So to a guy like Justin Bieber, fobbing off Other Experiences is his path to success.  It’s like Kanye.  The guy’s instincts have served him well thus far.  He’s probably laughed at more people who told him a track like “Black Skinhead” couldn’t chart.  He’s been told that his ego would kill his career a thousand times over.  So why would he ever listen to anyone who told him no, dude, this will wreck your career?
Likewise, Justin Bieber’s entire life has consisted of him doing what he wanted, and things working out.  That is probably not going to last him forever.  But good luck convincing him of that.
And like the Somali Pirates, I can’t feel bad for the inevitable crash.  He can’t get away with this shit forever.  Eventually, he’s gonna have a bad album and the teenaged girls are going to see him as a vaguely embarrassing remnant of their childhoods and move on, and he’ll get pulled over for drunk driving and Twitter won’t light up with #savejustin hashtags.  And the cops will be right to throw his ass in jail, and Justin will have made his own bed, and if he’s lucky he’ll pull himself out of it and stop being an asshole.
But every thing in his life is shaping him to be an asshole.  A ridiculous handful of people have the wisdom to know when to prioritize that Other Experience and go, “Okay, even if I can get away with spitting over a balcony, it’s wrong,” but most folks take their cue from what people accept.  If their job accepts T-shirts at work, they’ll wear T-shirts.  If their job lets them get away with texting at work, they’ll text at work.  And if their job lets them spit on customers and everyone – including the customers themselves – thinks it’s a hoot, well, you’re gonna spit.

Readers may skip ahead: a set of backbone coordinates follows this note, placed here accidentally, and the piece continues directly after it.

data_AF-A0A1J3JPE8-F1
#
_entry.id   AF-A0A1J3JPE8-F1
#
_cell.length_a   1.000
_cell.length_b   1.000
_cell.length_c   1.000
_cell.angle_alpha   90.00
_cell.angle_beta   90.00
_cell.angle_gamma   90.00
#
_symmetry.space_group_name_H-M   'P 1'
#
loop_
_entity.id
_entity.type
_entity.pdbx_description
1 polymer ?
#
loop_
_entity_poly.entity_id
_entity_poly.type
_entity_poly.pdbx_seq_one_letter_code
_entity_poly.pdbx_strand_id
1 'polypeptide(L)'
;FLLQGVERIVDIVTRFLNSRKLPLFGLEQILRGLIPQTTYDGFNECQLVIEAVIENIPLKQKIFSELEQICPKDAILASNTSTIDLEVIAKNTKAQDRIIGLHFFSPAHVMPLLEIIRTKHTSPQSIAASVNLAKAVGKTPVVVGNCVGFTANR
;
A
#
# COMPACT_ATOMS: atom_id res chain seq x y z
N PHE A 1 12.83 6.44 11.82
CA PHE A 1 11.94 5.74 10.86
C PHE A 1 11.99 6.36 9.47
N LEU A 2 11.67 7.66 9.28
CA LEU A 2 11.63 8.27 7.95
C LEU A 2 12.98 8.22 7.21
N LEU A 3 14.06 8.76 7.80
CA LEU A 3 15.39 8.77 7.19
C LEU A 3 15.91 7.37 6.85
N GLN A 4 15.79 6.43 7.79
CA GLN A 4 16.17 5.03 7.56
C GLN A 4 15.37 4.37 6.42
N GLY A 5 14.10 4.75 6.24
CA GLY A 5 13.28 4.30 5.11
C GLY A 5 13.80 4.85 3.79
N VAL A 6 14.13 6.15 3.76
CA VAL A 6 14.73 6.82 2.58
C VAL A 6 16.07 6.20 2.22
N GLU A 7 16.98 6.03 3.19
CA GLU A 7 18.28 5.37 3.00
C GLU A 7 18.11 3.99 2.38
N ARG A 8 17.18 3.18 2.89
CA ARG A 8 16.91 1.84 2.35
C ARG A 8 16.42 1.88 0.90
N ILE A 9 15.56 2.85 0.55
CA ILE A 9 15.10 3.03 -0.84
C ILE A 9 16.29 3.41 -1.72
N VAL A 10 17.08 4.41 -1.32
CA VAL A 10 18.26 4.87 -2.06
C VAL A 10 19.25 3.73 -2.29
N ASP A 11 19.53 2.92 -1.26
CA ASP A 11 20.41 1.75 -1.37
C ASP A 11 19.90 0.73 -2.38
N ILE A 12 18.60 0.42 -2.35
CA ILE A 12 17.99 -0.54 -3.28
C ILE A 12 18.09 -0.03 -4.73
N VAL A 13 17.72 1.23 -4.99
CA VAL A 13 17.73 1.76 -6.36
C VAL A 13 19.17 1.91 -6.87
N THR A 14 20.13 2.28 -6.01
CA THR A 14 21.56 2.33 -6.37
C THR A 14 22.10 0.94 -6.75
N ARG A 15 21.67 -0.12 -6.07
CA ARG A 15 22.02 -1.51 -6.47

And in that sense, Justin’s a big ol’ Somali pirate.  He’s getting what’s coming to him.  And I’m not going to be sad, but I am going to be a little wistful when I think of how this could have been avoided and I don’t really see a way it could have been avoided.
One’s rich, one’s poor, both are victims of circumstance.  So it goes.

3 Comments

  1. Marc
    Jan 24, 2014

    I understand your point but this way personal responsibility account to nothing.
    Not all Somalians turn to piracy and not all teen stars turns into Justin Bieber.

    • TheFerrett
      Jan 24, 2014

      I understand your point but your way personal responsibility accounts for everything.
      A lot of Somalians turn to piracy and a lot of teen stars turn into Justin Bieber.
      Clearly, if it was just as simple “be a good person,” then everyone would. Circumstances matter.

      • Marc
        Jan 25, 2014

        Touche. 🙂
        I personally tend to feel that in the end personal responsibility is paramount but of course circumstances also matters.
        Indeed some environments really are toxics, the amount of ex Disney teen idols who soured very badly is impressive.